Text of the Comprehensive Economic and Trade Agreement – Annex 8
Annex 8-A – Expropriation
The Parties confirm their shared understanding that:
1. Expropriation may be direct or indirect:
- direct expropriation occurs when an investment is nationalised or otherwise directly expropriated through formal transfer of title or outright seizure; and
- indirect expropriation occurs if a measure or series of measures of a Party has an effect equivalent to direct expropriation, in that it substantially deprives the investor of the fundamental attributes of property in its investment, including the right to use, enjoy and dispose of its investment, without formal transfer of title or outright seizure.
2. The determination of whether a measure or series of measures of a Party, in a specific fact situation, constitutes an indirect expropriation requires a case-by-case, fact-based inquiry that takes into consideration, among other factors:
- the economic impact of the measure or series of measures, although the sole fact that a measure or series of measures of a Party has an adverse effect on the economic value of an investment does not establish that an indirect expropriation has occurred;
- the duration of the measure or series of measures of a Party;
- the extent to which the measure or series of measures interferes with distinct, reasonable investment-backed expectations; and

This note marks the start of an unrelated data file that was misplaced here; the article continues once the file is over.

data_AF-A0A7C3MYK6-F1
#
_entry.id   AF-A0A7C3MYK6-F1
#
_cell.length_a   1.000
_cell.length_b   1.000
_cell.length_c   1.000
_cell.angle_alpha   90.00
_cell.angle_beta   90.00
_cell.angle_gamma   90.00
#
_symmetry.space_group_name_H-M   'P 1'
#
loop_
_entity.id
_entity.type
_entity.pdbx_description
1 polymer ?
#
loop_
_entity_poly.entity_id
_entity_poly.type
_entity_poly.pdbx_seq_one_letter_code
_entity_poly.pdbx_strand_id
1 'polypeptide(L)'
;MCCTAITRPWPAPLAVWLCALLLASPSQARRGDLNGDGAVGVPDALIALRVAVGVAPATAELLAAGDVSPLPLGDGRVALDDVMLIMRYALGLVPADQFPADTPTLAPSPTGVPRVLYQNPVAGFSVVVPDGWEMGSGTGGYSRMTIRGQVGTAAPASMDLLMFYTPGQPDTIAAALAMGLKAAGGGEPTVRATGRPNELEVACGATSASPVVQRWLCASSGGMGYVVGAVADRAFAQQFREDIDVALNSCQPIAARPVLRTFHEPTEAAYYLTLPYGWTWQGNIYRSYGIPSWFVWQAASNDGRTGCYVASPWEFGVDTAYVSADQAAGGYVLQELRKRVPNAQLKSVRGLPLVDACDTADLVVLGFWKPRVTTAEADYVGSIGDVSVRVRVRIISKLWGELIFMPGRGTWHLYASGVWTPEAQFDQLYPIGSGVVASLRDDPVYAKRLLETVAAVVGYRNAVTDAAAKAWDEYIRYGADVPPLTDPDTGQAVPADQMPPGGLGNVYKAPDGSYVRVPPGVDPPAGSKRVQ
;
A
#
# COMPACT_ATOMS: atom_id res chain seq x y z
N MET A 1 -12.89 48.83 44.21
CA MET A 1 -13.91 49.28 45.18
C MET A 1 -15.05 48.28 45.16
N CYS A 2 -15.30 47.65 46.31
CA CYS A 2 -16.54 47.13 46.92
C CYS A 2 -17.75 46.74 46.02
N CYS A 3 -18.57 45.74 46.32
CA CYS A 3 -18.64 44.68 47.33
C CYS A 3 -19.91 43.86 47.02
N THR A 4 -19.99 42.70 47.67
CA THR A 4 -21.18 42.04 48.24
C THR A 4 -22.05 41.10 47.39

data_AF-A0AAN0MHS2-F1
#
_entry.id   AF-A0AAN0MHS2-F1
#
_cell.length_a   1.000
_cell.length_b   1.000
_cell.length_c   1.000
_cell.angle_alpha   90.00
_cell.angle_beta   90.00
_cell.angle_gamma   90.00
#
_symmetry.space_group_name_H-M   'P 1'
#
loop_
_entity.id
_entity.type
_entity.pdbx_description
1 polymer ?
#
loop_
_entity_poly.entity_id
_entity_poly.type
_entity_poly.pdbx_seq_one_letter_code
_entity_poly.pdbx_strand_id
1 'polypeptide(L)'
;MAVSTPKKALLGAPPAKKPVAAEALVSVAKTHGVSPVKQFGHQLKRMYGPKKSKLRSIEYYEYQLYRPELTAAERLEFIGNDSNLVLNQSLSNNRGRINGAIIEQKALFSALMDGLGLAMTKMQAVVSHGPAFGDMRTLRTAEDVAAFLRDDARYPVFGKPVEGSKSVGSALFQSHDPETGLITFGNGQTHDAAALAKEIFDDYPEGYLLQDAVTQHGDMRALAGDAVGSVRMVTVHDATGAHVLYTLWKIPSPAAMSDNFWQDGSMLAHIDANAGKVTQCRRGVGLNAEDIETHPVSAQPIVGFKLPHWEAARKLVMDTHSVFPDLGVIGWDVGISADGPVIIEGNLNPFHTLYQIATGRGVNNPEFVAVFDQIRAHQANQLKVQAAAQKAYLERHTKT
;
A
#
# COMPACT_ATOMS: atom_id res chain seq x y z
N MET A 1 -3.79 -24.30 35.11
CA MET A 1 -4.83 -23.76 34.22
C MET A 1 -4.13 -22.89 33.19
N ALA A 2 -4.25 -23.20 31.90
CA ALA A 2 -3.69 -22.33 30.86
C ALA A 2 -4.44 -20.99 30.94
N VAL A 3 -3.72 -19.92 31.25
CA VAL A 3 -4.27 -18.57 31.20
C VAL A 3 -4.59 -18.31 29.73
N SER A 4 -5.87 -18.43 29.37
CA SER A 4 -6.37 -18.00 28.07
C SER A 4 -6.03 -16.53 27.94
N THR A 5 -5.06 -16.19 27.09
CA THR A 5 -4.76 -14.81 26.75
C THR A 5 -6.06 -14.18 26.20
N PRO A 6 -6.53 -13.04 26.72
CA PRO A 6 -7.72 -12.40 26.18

- the character of the measure or series of measures, notably their object, context and intent.
3. For greater certainty, except in the rare circumstance when the impact of a measure or series of measures is so severe in light of its purpose that it appears manifestly excessive, non-discriminatory measures of a Party that are designed and applied to protect legitimate public welfare objectives, such as health, safety and the environment, do not constitute indirect expropriations.
Annex 8-B – Public debt
1. For the purposes of this Annex:
negotiated restructuring means the restructuring or rescheduling of debt of a Party that has been effected through
- a modification or amendment of debt instruments, as provided for under their terms, including their governing law, or
- a debt exchange or other similar process in which the holders of no less than 75 per cent of the aggregate principal amount of the outstanding debt subject to restructuring have consented to such debt exchange or other process; and